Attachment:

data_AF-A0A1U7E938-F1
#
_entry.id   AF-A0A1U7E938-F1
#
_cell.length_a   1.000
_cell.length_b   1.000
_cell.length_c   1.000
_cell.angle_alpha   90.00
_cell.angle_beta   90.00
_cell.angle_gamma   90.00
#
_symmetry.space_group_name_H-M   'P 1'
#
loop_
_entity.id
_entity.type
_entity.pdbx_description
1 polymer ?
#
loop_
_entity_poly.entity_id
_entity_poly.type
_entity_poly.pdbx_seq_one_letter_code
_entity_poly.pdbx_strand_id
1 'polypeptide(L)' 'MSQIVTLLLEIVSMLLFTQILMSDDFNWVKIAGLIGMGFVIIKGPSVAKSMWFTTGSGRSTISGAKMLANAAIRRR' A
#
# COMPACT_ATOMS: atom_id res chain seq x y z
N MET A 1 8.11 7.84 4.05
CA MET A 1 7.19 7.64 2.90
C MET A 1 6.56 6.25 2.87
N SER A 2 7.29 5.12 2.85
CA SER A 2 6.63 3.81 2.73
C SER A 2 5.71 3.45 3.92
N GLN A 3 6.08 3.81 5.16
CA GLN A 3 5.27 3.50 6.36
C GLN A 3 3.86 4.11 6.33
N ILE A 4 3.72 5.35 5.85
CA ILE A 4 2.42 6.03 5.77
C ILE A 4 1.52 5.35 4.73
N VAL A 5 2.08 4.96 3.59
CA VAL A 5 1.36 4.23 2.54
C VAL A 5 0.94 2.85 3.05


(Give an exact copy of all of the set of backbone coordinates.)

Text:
data_AF-A0A1U7E938-F1
#
_entry.id   AF-A0A1U7E938-F1
#
_cell.length_a   1.000
_cell.length_b   1.000
_cell.length_c   1.000
_cell.angle_alpha   90.00
_cell.angle_beta   90.00
_cell.angle_gamma   90.00
#
_symmetry.space_group_name_H-M   'P 1'
#
loop_
_entity.id
_entity.type
_entity.pdbx_description
1 polymer ?
#
loop_
_entity_poly.entity_id
_entity_poly.type
_entity_poly.pdbx_seq_one_letter_code
_entity_poly.pdbx_strand_id
1 'polypeptide(L)' 'MSQIVTLLLEIVSMLLFTQILMSDDFNWVKIAGLIGMGFVIIKGPSVAKSMWFTTGSGRSTISGAKMLANAAIRRR' A
#
# COMPACT_ATOMS: atom_id res chain seq x y z
N MET A 1 8.11 7.84 4.05
CA MET A 1 7.19 7.64 2.90
C MET A 1 6.56 6.25 2.87
N SER A 2 7.29 5.12 2.85
CA SER A 2 6.63 3.81 2.73
C SER A 2 5.71 3.45 3.92
N GLN A 3 6.08 3.81 5.16
CA GLN A 3 5.27 3.50 6.36
C GLN A 3 3.86 4.11 6.33
N ILE A 4 3.72 5.35 5.85
CA ILE A 4 2.42 6.03 5.77
C ILE A 4 1.52 5.35 4.73
N VAL A 5 2.08 4.96 3.59
CA VAL A 5 1.36 4.23 2.54
C VAL A 5 0.94 2.85 3.05